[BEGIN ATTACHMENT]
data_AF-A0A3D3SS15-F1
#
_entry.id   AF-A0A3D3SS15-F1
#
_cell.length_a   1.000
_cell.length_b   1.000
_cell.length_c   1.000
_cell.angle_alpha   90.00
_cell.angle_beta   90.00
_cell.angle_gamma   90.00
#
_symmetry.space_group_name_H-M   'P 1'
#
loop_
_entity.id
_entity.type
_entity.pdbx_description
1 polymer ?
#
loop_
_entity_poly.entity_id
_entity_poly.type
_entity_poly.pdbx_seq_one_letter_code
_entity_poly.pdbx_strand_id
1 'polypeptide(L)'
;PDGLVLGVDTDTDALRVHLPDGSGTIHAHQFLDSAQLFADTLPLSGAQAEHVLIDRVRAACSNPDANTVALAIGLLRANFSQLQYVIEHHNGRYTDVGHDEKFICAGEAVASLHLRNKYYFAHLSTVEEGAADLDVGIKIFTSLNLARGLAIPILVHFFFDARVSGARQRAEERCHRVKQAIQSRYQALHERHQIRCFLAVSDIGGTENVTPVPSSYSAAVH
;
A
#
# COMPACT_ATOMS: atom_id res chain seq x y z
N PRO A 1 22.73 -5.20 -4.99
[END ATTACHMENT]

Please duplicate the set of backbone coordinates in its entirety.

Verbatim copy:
data_AF-A0A3D3SS15-F1
#
_entry.id   AF-A0A3D3SS15-F1
#
_cell.length_a   1.000
_cell.length_b   1.000
_cell.length_c   1.000
_cell.angle_alpha   90.00
_cell.angle_beta   90.00
_cell.angle_gamma   90.00
#
_symmetry.space_group_name_H-M   'P 1'
#
loop_
_entity.id
_entity.type
_entity.pdbx_description
1 polymer ?
#
loop_
_entity_poly.entity_id
_entity_poly.type
_entity_poly.pdbx_seq_one_letter_code
_entity_poly.pdbx_strand_id
1 'polypeptide(L)'
;PDGLVLGVDTDTDALRVHLPDGSGTIHAHQFLDSAQLFADTLPLSGAQAEHVLIDRVRAACSNPDANTVALAIGLLRANFSQLQYVIEHHNGRYTDVGHDEKFICAGEAVASLHLRNKYYFAHLSTVEEGAADLDVGIKIFTSLNLARGLAIPILVHFFFDARVSGARQRAEERCHRVKQAIQSRYQALHERHQIRCFLAVSDIGGTENVTPVPSSYSAAVH
;
A
#
# COMPACT_ATOMS: atom_id res chain seq x y z
N PRO A 1 22.73 -5.20 -4.99